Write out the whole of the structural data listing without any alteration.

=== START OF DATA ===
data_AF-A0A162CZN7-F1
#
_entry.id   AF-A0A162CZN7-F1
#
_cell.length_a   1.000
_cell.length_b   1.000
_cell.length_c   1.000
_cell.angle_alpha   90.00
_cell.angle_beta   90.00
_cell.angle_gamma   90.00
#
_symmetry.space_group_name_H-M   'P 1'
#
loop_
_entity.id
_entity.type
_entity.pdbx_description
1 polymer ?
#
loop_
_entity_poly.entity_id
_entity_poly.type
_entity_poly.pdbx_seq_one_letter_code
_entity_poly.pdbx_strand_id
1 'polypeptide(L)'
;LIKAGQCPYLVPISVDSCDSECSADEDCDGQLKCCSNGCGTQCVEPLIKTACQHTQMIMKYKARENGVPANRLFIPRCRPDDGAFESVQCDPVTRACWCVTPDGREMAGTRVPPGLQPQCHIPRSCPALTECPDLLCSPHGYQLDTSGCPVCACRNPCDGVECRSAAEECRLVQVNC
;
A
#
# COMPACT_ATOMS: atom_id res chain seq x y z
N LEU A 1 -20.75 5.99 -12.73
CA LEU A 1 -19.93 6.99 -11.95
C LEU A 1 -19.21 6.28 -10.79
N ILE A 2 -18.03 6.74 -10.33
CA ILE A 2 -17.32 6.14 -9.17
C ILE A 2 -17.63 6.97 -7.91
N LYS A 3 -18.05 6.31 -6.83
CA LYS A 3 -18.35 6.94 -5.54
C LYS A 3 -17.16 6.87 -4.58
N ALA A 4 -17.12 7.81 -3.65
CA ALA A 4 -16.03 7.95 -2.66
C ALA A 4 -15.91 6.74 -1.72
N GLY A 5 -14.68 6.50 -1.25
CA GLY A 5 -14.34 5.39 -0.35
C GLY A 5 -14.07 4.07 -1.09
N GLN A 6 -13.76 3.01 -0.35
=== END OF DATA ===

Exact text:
data_AF-A0A162CZN7-F1
#
_entry.id   AF-A0A162CZN7-F1
#
_cell.length_a   1.000
_cell.length_b   1.000
_cell.length_c   1.000
_cell.angle_alpha   90.00
_cell.angle_beta   90.00
_cell.angle_gamma   90.00
#
_symmetry.space_group_name_H-M   'P 1'
#
loop_
_entity.id
_entity.type
_entity.pdbx_description
1 polymer ?
#
loop_
_entity_poly.entity_id
_entity_poly.type
_entity_poly.pdbx_seq_one_letter_code
_entity_poly.pdbx_strand_id
1 'polypeptide(L)'
;LIKAGQCPYLVPISVDSCDSECSADEDCDGQLKCCSNGCGTQCVEPLIKTACQHTQMIMKYKARENGVPANRLFIPRCRPDDGAFESVQCDPVTRACWCVTPDGREMAGTRVPPGLQPQCHIPRSCPALTECPDLLCSPHGYQLDTSGCPVCACRNPCDGVECRSAAEECRLVQVNC
;
A
#
# COMPACT_ATOMS: atom_id res chain seq x y z
N LEU A 1 -20.75 5.99 -12.73
CA LEU A 1 -19.93 6.99 -11.95
C LEU A 1 -19.21 6.28 -10.79
N ILE A 2 -18.03 6.74 -10.33
CA ILE A 2 -17.32 6.14 -9.17
C ILE A 2 -17.63 6.97 -7.91
N LYS A 3 -18.05 6.31 -6.83
CA LYS A 3 -18.35 6.94 -5.54
C LYS A 3 -17.16 6.87 -4.58
N ALA A 4 -17.12 7.81 -3.65
CA ALA A 4 -16.03 7.95 -2.66
C ALA A 4 -15.91 6.74 -1.72
N GLY A 5 -14.68 6.50 -1.25
CA GLY A 5 -14.34 5.39 -0.35
C GLY A 5 -14.07 4.07 -1.09
N GLN A 6 -13.76 3.01 -0.35